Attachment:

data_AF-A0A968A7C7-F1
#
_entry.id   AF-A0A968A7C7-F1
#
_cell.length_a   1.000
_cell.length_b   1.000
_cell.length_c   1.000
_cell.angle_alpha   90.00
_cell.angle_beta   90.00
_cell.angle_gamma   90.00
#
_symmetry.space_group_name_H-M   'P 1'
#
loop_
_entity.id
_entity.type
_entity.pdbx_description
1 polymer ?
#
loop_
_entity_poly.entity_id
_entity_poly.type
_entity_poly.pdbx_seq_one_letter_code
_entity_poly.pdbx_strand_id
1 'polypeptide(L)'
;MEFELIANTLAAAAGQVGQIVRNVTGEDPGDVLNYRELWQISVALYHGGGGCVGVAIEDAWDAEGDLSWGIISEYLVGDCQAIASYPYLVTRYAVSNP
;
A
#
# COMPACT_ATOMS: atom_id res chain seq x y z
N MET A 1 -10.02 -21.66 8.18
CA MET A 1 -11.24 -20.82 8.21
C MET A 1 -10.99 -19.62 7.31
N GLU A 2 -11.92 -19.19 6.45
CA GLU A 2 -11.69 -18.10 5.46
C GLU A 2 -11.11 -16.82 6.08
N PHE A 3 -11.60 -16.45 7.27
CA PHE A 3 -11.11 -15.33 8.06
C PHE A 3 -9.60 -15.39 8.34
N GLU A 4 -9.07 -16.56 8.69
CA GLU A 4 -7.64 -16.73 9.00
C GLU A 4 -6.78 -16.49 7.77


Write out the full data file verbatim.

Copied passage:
data_AF-A0A968A7C7-F1
#
_entry.id   AF-A0A968A7C7-F1
#
_cell.length_a   1.000
_cell.length_b   1.000
_cell.length_c   1.000
_cell.angle_alpha   90.00
_cell.angle_beta   90.00
_cell.angle_gamma   90.00
#
_symmetry.space_group_name_H-M   'P 1'
#
loop_
_entity.id
_entity.type
_entity.pdbx_description
1 polymer ?
#
loop_
_entity_poly.entity_id
_entity_poly.type
_entity_poly.pdbx_seq_one_letter_code
_entity_poly.pdbx_strand_id
1 'polypeptide(L)'
;MEFELIANTLAAAAGQVGQIVRNVTGEDPGDVLNYRELWQISVALYHGGGGCVGVAIEDAWDAEGDLSWGIISEYLVGDCQAIASYPYLVTRYAVSNP
;
A
#
# COMPACT_ATOMS: atom_id res chain seq x y z
N MET A 1 -10.02 -21.66 8.18
CA MET A 1 -11.24 -20.82 8.21
C MET A 1 -10.99 -19.62 7.31
N GLU A 2 -11.92 -19.19 6.45
CA GLU A 2 -11.69 -18.10 5.46
C GLU A 2 -11.11 -16.82 6.08
N PHE A 3 -11.60 -16.45 7.27
CA PHE A 3 -11.11 -15.33 8.06
C PHE A 3 -9.60 -15.39 8.34
N GLU A 4 -9.07 -16.56 8.69
CA GLU A 4 -7.64 -16.73 9.00
C GLU A 4 -6.78 -16.49 7.77